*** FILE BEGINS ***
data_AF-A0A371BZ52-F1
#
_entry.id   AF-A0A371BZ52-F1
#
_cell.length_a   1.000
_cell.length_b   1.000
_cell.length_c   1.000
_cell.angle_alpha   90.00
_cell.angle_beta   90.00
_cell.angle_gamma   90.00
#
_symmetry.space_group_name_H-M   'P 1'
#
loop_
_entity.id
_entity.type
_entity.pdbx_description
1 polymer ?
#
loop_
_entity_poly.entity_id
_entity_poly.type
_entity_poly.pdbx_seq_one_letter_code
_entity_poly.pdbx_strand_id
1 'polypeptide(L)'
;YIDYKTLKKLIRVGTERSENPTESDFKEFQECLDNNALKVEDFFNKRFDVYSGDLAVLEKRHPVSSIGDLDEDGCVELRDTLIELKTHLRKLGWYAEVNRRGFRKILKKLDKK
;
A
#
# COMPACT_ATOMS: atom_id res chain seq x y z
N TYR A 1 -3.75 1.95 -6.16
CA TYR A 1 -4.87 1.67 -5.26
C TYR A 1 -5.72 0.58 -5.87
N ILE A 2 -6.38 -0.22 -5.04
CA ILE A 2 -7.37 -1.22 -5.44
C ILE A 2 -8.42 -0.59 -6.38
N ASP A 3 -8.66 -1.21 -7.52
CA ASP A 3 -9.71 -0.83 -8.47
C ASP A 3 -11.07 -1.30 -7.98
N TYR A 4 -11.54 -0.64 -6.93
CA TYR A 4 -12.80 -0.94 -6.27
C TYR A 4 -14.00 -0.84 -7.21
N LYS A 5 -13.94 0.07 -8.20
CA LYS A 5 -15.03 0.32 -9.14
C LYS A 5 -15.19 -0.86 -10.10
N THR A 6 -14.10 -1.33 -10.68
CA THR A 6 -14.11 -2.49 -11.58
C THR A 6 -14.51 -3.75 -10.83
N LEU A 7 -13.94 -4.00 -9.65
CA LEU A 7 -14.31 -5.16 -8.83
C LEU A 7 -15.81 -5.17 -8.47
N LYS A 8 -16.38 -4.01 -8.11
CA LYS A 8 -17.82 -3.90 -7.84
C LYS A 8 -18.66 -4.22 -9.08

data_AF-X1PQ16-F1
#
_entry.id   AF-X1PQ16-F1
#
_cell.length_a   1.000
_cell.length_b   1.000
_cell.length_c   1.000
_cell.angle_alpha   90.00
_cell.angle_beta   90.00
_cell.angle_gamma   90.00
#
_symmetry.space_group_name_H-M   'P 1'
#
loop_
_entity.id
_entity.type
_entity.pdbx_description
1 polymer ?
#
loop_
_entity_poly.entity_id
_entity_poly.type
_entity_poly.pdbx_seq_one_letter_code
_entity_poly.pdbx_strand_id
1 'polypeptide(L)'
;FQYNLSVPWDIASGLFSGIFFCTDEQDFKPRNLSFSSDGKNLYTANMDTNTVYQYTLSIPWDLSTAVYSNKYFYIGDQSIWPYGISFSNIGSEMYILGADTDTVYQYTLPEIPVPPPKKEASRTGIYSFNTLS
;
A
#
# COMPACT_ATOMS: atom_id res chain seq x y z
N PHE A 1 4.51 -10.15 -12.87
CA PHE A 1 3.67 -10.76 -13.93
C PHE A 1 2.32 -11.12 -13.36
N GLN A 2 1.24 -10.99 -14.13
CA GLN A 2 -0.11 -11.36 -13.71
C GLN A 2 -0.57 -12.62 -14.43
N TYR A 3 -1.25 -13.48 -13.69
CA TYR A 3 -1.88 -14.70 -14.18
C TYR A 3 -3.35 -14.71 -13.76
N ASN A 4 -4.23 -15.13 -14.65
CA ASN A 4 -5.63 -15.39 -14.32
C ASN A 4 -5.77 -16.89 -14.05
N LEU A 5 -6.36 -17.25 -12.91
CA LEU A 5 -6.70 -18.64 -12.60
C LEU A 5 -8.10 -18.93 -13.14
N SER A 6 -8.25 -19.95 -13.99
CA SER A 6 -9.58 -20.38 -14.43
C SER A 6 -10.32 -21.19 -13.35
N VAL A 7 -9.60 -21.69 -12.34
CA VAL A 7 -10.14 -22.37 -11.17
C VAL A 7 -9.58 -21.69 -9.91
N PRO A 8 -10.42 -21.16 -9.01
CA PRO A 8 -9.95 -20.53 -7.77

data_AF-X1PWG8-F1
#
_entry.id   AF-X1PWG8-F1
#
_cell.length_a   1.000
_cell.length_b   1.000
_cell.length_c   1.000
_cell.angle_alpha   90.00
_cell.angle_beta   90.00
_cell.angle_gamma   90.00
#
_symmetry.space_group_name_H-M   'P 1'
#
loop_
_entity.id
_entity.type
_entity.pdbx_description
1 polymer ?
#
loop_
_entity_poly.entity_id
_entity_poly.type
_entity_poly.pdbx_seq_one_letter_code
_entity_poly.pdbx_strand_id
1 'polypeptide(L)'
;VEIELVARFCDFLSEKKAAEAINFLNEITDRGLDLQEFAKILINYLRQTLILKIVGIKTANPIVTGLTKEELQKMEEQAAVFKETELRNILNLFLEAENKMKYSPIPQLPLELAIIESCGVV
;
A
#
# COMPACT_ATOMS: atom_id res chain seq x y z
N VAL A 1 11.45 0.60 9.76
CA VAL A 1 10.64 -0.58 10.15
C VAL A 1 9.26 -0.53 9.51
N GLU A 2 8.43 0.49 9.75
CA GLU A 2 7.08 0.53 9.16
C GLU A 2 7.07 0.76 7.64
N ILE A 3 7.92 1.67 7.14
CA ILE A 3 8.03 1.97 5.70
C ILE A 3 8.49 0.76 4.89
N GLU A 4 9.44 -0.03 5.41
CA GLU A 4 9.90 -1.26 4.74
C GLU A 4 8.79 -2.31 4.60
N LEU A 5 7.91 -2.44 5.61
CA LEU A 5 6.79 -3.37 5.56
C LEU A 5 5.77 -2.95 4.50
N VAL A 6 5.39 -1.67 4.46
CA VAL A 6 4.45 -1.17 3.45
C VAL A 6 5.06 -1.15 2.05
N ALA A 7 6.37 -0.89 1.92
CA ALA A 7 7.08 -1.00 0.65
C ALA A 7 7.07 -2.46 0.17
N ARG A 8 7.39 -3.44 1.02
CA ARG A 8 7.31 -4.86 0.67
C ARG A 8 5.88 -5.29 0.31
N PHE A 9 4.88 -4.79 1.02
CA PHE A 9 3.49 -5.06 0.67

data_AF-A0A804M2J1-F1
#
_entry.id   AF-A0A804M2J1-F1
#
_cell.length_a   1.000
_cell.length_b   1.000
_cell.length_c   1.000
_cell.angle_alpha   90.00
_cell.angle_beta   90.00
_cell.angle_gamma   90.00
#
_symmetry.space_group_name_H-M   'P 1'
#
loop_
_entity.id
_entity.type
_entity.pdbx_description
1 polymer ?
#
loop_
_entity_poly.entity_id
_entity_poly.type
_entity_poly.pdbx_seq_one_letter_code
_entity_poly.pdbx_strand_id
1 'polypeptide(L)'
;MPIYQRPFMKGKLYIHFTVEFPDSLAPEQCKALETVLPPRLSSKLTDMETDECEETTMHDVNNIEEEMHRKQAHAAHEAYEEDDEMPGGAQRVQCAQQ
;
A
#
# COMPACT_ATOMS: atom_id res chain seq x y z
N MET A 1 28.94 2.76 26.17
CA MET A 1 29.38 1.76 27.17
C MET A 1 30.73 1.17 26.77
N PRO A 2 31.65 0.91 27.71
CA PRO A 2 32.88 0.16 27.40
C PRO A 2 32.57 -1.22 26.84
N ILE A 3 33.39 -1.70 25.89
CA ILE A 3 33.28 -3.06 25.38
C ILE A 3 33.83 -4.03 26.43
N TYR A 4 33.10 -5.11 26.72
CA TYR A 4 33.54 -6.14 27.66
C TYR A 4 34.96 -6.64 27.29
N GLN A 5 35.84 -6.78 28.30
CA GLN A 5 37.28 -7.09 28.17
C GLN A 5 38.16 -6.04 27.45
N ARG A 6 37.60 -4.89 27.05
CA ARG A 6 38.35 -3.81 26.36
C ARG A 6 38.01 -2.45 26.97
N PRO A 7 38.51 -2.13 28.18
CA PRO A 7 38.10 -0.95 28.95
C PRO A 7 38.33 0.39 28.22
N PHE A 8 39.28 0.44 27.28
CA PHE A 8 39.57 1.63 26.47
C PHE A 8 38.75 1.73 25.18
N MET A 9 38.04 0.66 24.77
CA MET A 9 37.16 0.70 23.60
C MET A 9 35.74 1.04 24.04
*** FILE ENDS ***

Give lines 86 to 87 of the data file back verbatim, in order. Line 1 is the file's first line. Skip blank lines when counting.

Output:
CA PHE A 1 3.67 -10.76 -13.93
C PHE A 1 2.32 -11.12 -13.36